On Tuesday, the U.S. House unanimously passed legislation to help curb skyrocketing suicide rates and improve mental health care for veterans.
The “Clay Hunt Suicide Prevention for American Veterans Act” (H.R. 5059) is now going to the Senate for consideration. The Act honors Marine Cpl. Clay Hunt, a Purple Heart recipient who served in Iraq and Afghanistan. Clay fell victim to suicide while awaiting PTSD treatment from the Veterans Administration.
“For the last decade, we’ve seen an average of 18-22 veterans commit suicide every single day,” said bill co-sponsor U.S. Rep. Tom Rooney. “These tragic losses of life are heartbreaking and demand action.
“This bipartisan bill builds on the steps we’ve taken to ensure our troops and veterans can get the mental health services they need and deserve.”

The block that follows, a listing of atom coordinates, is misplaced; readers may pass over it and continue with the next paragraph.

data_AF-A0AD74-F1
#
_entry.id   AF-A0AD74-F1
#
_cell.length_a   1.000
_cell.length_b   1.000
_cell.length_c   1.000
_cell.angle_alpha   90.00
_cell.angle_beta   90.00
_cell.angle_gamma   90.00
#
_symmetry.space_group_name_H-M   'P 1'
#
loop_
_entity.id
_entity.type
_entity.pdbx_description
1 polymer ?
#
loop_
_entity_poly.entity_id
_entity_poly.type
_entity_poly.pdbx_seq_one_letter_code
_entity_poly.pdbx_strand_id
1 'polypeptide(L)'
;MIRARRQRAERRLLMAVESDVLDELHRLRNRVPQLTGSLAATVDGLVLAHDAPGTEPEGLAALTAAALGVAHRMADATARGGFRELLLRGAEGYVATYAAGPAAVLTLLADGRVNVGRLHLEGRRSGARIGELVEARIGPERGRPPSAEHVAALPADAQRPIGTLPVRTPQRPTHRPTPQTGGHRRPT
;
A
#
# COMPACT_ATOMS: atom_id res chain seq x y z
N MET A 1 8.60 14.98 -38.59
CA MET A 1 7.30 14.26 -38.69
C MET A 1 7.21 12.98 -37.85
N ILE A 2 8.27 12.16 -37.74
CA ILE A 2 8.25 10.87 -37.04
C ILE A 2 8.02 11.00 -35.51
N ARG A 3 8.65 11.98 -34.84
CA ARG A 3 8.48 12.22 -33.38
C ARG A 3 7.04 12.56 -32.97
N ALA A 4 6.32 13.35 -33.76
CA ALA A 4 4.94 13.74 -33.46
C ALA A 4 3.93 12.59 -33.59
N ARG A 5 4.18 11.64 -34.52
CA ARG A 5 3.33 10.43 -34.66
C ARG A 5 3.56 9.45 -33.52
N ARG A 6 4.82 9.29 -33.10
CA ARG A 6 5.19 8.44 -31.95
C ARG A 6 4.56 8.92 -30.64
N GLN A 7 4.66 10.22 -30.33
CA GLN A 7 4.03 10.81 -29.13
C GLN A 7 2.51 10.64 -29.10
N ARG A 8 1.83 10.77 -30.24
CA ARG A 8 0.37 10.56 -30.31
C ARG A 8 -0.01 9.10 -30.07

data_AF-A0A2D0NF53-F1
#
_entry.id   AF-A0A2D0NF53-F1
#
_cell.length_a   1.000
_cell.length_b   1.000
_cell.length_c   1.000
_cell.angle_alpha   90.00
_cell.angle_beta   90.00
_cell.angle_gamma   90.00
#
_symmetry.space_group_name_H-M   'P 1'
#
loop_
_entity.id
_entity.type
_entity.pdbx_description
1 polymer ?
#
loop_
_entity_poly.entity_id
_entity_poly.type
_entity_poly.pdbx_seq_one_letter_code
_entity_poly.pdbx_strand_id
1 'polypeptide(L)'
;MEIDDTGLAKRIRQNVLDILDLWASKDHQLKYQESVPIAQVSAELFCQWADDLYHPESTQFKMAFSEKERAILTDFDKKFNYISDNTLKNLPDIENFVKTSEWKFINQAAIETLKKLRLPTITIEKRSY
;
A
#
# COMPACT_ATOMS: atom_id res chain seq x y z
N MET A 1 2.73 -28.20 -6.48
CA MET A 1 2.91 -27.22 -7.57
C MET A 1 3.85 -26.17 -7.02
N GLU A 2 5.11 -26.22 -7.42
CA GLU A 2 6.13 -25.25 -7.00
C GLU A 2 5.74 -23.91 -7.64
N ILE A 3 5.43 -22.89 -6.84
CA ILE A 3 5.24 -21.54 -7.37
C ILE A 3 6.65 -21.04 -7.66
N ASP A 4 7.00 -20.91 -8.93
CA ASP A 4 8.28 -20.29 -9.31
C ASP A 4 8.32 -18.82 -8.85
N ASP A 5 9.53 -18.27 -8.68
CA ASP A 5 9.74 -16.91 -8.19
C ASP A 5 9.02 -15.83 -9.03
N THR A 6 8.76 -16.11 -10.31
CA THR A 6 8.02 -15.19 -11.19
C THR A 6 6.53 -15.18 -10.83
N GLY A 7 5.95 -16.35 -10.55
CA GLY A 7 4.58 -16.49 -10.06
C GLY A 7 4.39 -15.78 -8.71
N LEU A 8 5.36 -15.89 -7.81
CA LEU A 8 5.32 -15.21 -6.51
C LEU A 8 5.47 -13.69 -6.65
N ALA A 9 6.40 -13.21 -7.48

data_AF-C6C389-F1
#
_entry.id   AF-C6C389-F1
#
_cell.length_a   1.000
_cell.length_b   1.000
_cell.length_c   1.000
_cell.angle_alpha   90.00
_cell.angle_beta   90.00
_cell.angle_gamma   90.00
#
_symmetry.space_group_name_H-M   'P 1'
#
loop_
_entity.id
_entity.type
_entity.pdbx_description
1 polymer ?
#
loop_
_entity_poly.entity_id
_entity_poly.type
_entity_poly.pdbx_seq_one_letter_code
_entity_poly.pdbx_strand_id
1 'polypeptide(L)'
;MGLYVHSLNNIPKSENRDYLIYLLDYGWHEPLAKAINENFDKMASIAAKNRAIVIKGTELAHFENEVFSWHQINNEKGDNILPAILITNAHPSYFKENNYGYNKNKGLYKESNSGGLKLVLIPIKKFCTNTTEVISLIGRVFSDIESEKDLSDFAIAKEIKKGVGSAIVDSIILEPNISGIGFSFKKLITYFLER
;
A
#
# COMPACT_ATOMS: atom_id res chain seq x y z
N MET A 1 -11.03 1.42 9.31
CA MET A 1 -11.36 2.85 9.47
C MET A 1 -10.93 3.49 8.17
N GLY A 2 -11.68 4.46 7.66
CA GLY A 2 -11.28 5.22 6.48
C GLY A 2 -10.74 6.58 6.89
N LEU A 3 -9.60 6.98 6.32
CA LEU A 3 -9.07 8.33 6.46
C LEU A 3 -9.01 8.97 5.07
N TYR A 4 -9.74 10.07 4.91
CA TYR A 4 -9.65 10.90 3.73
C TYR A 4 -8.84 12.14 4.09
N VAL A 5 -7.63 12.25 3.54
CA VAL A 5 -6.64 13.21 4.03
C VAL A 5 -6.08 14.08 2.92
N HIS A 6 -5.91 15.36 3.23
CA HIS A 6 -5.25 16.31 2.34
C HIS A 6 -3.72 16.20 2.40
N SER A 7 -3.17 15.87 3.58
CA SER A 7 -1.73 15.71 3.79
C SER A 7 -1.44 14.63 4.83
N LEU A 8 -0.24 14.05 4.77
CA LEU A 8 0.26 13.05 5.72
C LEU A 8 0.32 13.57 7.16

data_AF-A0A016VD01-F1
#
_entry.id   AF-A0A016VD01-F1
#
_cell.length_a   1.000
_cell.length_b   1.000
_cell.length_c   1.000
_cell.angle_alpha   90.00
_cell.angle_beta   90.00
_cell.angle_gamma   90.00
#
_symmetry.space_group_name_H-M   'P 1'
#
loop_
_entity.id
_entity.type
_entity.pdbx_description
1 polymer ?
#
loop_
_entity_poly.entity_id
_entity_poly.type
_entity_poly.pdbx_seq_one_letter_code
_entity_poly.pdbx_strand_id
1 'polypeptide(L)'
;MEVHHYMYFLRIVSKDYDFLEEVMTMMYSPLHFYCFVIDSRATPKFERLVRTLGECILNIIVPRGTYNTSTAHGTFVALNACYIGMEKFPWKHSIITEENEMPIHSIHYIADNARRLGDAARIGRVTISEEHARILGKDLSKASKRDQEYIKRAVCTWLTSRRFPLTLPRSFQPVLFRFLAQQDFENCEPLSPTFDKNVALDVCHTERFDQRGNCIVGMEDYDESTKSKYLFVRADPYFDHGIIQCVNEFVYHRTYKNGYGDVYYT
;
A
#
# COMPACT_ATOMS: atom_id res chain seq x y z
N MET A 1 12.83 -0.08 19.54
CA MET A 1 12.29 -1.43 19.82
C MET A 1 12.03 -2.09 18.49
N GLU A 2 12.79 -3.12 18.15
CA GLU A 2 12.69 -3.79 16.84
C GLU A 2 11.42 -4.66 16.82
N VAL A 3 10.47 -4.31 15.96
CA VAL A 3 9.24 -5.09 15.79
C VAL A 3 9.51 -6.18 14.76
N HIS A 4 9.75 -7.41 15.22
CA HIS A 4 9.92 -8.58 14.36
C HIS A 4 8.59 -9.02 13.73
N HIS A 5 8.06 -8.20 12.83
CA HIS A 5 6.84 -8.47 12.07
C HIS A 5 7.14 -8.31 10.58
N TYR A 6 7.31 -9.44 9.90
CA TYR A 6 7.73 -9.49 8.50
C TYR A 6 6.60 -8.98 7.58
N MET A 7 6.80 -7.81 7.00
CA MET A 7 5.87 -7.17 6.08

Rooney, a Republican from Okeechobee, serves Florida’s 17th Congressional District. Previously, he led efforts to expand access to licensed mental health care professionals for TRICARE beneficiaries, as well as require confidential mental health screenings for returning combat troops.
U.S. Rep. Vern Buchanan, who served six years in the Air National Guard and four years on the House Veterans Affairs Committee, says the bill addresses a serious epidemic responsible for one of every four suicides in Florida. The Sarasota Republican represents about 66,000 veterans in Florida’s 16th Congressional District.
“The growing prevalence of veteran suicide is a tragedy that must be stopped,” Buchanan said. “Every soldier returning from battle deserves access to the best mental health services our nation has to offer.”
Parts of the $22 million measure are requirements of regular updates and annual evaluations of VA and Defense Department mental health programs. It also authorizes the VA to work with service organizations and mental health nonprofits to improve veteran care. It also calls for increased recruitment of doctors, by offering repayment of loan debt for prospective VA psychiatrists.
“Clay’s story details the urgency needed in addressing this issue,” Clay’s mother said in testimony before Congress. “Not one more veteran should have to go through what Clay went through with the VA after returning home from war.”